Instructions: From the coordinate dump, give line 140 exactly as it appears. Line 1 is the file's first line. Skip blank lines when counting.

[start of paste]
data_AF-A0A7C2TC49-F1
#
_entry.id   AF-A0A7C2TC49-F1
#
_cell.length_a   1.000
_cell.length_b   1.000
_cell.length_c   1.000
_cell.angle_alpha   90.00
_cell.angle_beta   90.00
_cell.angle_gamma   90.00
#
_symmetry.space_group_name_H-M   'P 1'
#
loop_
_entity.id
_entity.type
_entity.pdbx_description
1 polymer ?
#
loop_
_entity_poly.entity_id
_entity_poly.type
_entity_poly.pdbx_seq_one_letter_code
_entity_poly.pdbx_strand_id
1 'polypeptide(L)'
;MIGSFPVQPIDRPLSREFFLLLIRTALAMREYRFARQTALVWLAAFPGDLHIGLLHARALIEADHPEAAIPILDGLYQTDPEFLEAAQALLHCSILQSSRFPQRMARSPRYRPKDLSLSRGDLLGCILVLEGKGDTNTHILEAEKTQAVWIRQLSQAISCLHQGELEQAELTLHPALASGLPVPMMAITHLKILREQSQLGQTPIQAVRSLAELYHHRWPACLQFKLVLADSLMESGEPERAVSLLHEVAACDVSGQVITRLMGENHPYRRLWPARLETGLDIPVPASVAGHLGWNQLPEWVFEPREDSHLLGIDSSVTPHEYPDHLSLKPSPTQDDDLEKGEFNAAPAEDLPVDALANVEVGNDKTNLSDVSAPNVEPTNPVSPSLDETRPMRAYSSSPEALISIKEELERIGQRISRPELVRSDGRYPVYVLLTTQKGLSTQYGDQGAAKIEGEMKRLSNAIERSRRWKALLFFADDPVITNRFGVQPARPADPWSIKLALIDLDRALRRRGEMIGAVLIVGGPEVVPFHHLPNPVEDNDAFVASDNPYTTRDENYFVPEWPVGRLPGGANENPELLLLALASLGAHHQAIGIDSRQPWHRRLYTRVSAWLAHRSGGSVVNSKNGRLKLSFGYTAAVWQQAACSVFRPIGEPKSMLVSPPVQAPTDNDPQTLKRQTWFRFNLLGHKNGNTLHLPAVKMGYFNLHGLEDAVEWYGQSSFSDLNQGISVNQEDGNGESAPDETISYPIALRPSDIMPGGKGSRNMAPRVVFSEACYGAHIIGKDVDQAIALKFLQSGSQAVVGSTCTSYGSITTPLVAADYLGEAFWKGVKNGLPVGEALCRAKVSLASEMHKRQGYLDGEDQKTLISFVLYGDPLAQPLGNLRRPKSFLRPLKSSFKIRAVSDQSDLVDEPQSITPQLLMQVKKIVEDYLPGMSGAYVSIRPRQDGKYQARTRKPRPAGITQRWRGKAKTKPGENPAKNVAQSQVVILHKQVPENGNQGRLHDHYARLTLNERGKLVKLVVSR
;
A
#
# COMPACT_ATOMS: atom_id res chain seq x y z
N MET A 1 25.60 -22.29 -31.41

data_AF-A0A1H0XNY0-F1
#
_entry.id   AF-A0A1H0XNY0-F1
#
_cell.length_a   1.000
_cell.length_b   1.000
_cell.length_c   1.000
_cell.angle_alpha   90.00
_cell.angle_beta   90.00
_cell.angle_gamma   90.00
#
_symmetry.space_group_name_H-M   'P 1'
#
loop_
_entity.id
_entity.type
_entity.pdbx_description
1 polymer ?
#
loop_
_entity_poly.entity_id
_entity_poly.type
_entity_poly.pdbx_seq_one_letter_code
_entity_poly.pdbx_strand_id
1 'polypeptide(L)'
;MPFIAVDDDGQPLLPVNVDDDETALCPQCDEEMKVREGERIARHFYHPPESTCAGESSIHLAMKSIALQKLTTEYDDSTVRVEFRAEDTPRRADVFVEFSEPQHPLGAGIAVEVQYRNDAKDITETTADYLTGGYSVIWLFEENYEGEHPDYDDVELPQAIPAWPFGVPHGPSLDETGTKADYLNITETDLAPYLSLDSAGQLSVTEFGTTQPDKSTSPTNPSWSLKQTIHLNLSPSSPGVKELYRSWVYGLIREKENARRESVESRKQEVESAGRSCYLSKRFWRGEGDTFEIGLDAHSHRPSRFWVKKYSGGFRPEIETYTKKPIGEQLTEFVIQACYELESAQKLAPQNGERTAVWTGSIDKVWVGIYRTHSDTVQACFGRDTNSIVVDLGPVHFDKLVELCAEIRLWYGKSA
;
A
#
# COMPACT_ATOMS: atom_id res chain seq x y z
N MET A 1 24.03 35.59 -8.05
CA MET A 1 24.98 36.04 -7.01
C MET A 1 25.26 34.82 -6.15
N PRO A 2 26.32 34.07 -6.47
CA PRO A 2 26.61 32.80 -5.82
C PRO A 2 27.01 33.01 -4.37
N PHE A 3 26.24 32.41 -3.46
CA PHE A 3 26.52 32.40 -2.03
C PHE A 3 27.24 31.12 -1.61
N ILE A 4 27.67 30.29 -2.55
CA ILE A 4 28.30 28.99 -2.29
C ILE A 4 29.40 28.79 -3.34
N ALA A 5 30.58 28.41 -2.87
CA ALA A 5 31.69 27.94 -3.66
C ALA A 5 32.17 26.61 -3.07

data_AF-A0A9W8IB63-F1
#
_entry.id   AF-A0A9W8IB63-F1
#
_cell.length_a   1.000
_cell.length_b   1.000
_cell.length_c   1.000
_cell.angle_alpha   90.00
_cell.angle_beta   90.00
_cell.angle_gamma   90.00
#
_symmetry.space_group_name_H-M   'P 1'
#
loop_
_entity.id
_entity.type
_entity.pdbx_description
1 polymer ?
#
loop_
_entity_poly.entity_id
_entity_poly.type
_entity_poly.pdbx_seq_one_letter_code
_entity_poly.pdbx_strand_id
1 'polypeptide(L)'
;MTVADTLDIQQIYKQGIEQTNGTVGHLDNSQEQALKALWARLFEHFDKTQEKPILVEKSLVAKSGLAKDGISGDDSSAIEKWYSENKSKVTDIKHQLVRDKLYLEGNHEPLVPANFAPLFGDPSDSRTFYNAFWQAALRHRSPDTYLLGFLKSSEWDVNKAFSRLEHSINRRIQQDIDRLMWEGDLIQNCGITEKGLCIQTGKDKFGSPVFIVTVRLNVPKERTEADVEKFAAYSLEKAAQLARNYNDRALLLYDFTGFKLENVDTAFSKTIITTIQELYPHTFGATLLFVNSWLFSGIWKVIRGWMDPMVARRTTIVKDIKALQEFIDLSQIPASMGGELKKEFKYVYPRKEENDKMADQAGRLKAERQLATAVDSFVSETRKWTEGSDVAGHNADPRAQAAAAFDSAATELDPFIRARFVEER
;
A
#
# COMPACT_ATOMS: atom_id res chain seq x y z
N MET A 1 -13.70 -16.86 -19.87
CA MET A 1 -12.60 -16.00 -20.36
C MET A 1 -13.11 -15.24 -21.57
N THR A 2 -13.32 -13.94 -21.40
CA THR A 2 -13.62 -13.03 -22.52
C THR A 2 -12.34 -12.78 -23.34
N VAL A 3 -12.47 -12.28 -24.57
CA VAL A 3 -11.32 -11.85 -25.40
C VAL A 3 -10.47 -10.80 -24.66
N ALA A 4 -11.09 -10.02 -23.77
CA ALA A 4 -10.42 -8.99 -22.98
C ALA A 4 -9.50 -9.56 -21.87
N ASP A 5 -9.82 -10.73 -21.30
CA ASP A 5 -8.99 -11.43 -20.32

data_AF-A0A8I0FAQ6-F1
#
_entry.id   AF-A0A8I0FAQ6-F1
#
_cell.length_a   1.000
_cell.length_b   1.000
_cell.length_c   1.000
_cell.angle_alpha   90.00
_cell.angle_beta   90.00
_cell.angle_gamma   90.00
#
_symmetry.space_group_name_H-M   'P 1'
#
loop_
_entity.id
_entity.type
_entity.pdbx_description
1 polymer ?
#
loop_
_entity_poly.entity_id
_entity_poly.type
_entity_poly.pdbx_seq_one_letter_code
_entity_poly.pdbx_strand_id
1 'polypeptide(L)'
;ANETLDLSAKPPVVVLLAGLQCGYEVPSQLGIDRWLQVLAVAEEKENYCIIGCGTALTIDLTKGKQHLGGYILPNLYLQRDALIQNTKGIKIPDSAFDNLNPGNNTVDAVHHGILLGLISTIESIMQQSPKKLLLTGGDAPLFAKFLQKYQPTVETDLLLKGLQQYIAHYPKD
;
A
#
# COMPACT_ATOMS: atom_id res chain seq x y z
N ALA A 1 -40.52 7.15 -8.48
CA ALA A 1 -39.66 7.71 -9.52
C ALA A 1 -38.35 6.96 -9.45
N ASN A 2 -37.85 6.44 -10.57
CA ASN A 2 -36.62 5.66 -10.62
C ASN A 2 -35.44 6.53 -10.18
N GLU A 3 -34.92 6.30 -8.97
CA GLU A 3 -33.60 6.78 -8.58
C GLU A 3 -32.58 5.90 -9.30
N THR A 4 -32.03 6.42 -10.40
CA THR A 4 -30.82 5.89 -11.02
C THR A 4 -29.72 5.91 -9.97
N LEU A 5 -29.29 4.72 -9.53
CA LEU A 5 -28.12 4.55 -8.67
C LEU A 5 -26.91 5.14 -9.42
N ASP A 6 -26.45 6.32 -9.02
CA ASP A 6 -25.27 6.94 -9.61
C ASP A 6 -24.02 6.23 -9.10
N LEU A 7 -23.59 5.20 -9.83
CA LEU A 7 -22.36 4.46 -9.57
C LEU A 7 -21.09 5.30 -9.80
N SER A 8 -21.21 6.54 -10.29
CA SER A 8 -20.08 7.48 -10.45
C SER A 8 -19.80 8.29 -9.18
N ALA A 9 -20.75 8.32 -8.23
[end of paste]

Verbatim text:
loop_